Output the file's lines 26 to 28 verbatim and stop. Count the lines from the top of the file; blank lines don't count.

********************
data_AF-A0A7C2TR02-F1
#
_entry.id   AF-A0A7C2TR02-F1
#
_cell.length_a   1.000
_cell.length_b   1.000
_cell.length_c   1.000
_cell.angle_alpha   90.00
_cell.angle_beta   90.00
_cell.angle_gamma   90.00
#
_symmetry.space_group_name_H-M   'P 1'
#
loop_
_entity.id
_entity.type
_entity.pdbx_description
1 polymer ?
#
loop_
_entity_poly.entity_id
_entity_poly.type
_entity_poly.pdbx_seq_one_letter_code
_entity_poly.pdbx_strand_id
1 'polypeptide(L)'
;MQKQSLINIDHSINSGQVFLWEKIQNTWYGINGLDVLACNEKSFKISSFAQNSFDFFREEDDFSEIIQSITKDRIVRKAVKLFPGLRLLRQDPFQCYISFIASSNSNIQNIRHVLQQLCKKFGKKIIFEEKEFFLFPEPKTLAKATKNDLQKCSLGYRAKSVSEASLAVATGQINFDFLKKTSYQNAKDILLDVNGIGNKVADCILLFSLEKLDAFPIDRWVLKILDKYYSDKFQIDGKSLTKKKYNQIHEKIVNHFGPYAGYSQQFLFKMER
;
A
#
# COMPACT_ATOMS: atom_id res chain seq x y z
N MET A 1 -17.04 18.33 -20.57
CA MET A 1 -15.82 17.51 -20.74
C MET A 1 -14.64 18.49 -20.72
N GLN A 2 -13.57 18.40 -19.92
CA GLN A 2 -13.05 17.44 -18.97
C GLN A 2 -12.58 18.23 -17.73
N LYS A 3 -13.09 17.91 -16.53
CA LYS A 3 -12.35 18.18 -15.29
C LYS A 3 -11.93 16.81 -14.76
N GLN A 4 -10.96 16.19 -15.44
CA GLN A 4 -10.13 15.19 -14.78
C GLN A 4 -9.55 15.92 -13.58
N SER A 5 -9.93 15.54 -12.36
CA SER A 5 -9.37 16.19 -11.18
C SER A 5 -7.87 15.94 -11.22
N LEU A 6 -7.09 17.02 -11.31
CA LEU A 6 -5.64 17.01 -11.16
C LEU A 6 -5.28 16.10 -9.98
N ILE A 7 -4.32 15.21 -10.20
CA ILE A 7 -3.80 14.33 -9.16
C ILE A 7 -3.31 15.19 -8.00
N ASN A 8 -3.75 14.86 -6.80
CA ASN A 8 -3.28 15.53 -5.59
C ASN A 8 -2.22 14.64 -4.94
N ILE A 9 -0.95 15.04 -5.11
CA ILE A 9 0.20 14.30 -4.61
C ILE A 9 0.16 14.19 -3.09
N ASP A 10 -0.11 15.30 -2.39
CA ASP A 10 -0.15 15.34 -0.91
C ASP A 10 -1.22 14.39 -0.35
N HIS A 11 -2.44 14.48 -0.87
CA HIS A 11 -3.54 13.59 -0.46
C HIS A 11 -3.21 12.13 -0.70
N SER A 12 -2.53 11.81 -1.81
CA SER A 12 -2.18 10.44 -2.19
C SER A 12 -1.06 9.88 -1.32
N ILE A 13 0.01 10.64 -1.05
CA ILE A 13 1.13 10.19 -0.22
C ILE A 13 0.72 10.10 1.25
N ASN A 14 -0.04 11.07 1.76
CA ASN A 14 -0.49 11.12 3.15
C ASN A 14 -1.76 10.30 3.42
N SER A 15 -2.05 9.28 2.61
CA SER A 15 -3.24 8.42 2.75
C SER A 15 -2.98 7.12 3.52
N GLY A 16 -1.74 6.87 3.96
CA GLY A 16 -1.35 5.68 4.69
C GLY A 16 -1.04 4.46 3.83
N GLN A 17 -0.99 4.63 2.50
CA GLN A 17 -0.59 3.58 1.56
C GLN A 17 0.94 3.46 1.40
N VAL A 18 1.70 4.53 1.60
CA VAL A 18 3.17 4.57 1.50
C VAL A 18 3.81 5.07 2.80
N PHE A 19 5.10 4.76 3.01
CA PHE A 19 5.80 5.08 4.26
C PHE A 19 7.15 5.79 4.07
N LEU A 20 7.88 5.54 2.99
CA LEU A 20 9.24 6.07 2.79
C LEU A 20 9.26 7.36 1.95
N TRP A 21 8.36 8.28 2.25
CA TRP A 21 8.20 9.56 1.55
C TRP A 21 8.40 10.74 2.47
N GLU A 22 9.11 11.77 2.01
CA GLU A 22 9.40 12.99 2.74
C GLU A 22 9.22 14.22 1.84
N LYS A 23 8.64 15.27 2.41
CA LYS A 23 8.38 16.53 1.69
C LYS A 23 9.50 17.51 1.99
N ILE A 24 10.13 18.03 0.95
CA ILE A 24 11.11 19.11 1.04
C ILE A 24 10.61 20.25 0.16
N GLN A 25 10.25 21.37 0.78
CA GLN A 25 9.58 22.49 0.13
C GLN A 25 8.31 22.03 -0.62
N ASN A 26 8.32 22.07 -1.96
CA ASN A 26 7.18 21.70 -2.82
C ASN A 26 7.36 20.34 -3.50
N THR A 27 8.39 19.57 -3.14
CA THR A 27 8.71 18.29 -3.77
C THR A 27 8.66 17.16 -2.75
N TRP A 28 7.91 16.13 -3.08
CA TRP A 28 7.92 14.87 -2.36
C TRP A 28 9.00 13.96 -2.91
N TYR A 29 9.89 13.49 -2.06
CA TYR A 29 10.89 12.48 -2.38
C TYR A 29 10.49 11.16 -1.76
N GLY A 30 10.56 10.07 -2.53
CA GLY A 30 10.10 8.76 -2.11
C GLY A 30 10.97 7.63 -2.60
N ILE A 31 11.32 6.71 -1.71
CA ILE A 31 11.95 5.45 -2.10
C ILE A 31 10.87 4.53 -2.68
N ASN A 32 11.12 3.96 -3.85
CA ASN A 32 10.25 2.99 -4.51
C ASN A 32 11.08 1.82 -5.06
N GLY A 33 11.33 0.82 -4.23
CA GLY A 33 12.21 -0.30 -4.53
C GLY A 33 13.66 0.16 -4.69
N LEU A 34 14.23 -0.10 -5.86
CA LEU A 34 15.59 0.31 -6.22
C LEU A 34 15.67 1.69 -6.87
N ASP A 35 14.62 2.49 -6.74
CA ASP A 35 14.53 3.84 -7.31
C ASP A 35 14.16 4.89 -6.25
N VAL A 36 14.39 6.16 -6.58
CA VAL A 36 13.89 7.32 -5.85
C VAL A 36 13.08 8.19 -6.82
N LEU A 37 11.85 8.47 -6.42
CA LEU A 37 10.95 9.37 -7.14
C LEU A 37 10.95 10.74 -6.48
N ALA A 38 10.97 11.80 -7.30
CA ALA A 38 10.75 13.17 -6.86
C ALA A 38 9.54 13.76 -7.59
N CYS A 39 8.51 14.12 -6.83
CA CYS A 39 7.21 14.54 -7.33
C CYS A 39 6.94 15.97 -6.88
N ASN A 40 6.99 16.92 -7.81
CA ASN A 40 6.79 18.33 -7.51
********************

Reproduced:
;MQKQSLINIDHSINSGQVFLWEKIQNTWYGINGLDVLACNEKSFKISSFAQNSFDFFREEDDFSEIIQSITKDRIVRKAVKLFPGLRLLRQDPFQCYISFIASSNSNIQNIRHVLQQLCKKFGKKIIFEEKEFFLFPEPKTLAKATKNDLQKCSLGYRAKSVSEASLAVATGQINFDFLKKTSYQNAKDILLDVNGIGNKVADCILLFSLEKLDAFPIDRWVLKILDKYYSDKFQIDGKSLTKKKYNQIHEKIVNHFGPYAGYSQQFLFKMER
;
A